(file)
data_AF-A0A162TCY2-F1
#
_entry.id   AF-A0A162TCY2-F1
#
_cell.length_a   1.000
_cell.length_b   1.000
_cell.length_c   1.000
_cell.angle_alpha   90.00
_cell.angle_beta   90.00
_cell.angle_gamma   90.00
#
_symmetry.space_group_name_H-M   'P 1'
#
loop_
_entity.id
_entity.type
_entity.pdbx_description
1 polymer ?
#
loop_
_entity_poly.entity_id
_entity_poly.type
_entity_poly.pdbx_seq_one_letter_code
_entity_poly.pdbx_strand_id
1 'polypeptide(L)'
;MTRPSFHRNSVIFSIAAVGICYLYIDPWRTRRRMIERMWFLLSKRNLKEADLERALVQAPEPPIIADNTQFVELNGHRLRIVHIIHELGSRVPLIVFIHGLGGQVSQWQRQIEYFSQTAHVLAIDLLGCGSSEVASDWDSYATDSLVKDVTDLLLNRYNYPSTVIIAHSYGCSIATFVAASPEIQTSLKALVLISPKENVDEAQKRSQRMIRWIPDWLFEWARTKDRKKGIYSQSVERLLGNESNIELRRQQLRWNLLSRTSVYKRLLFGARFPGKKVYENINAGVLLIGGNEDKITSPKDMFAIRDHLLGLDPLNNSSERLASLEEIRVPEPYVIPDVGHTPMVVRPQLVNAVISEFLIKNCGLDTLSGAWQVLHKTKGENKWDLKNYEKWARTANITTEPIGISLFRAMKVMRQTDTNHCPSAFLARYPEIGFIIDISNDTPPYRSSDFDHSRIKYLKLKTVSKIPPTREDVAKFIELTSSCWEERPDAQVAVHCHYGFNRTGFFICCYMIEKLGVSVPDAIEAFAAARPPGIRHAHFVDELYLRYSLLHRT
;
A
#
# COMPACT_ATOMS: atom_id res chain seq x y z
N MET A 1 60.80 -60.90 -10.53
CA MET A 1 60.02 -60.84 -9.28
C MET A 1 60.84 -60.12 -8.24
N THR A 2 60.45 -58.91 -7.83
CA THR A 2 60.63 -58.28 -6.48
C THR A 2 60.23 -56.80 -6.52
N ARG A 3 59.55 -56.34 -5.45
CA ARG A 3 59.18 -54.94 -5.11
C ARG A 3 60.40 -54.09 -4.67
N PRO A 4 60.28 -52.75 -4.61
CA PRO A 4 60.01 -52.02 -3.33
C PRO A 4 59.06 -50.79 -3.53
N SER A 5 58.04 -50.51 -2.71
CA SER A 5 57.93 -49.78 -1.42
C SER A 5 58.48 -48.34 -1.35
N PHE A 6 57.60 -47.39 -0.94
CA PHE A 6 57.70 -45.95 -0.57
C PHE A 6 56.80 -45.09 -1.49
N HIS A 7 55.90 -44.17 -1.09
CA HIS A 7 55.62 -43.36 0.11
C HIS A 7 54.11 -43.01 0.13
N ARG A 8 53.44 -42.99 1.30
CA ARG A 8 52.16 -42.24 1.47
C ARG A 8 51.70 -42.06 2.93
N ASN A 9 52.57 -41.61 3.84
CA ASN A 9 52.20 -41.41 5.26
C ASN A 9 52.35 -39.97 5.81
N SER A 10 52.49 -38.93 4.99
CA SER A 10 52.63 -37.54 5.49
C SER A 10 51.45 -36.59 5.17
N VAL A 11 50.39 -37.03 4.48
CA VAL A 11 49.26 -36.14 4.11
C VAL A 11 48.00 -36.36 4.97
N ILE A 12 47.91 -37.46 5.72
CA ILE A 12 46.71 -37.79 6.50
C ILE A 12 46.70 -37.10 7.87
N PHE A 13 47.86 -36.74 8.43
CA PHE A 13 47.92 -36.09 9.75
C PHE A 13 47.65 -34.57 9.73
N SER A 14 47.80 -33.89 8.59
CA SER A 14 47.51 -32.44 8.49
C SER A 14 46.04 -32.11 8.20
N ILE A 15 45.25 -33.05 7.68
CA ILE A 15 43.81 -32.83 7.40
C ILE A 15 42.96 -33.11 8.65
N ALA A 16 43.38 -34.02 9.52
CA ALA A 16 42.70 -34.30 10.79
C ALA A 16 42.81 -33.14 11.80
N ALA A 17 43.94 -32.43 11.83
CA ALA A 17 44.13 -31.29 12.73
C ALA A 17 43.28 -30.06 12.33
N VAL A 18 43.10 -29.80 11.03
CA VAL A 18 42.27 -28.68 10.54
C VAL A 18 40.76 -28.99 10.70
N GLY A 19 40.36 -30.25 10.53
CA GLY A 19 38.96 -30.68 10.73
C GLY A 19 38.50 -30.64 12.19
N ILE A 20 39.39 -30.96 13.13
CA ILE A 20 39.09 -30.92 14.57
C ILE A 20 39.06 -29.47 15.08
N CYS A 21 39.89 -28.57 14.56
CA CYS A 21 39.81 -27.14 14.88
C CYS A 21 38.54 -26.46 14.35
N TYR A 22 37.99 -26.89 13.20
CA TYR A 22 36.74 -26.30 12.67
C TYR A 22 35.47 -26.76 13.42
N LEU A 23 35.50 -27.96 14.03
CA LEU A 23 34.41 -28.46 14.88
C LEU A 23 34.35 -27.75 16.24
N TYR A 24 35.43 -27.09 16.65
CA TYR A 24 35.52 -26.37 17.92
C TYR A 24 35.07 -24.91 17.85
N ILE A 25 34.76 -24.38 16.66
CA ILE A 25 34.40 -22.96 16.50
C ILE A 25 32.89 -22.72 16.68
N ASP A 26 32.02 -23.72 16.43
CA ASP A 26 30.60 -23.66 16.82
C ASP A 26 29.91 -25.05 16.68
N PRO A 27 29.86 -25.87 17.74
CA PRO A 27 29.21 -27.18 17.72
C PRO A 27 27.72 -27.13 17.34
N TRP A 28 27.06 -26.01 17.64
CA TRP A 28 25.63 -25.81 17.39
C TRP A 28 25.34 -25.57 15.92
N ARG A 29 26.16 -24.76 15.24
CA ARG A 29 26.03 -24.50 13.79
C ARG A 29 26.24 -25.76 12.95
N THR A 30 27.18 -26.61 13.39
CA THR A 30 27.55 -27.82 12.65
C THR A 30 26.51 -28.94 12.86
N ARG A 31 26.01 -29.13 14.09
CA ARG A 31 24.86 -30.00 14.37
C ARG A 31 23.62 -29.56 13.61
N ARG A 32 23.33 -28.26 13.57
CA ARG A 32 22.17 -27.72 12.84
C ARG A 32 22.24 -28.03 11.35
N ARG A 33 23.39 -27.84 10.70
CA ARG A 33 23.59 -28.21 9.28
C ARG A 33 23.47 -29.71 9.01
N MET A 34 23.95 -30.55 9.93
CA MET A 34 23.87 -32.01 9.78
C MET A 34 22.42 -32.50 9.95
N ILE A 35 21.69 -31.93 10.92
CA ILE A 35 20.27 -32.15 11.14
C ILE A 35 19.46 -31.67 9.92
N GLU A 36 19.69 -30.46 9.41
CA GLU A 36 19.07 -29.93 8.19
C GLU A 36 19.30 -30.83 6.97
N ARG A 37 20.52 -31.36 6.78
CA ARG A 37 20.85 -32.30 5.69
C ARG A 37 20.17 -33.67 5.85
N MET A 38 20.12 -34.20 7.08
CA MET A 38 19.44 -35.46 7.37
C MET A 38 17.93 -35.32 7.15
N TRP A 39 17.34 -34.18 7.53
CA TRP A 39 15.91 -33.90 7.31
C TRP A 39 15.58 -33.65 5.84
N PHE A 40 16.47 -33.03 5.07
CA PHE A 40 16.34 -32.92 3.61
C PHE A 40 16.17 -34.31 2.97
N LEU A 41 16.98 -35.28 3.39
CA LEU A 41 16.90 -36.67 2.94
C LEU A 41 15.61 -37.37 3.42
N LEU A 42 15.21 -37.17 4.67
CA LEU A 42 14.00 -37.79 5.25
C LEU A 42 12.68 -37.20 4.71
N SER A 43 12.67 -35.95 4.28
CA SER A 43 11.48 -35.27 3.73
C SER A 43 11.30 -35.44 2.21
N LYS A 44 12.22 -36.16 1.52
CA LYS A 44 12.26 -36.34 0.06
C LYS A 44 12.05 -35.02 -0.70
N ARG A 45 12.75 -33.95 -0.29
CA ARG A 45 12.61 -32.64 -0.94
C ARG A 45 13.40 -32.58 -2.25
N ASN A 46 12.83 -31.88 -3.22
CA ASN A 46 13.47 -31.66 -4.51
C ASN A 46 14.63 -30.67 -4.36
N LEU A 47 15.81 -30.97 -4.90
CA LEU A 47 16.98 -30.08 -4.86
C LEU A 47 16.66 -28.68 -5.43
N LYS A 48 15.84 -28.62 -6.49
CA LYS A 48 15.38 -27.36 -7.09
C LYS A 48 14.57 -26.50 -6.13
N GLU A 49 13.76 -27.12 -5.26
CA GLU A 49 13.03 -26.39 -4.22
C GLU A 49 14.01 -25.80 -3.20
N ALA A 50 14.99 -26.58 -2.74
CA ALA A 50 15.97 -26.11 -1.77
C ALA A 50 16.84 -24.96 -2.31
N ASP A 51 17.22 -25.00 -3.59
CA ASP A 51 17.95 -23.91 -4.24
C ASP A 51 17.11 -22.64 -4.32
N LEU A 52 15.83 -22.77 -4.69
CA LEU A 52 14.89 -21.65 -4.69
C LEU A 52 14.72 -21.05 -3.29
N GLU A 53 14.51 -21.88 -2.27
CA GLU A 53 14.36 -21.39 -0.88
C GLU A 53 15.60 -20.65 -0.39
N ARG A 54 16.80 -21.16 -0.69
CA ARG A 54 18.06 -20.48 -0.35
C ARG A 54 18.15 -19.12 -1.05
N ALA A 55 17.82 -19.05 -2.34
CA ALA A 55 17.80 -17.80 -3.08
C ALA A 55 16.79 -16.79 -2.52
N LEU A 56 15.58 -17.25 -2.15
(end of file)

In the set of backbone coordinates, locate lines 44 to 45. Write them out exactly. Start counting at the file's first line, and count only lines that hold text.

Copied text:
CA SER A 5 57.93 -49.78 -1.42
C SER A 5 58.48 -48.34 -1.35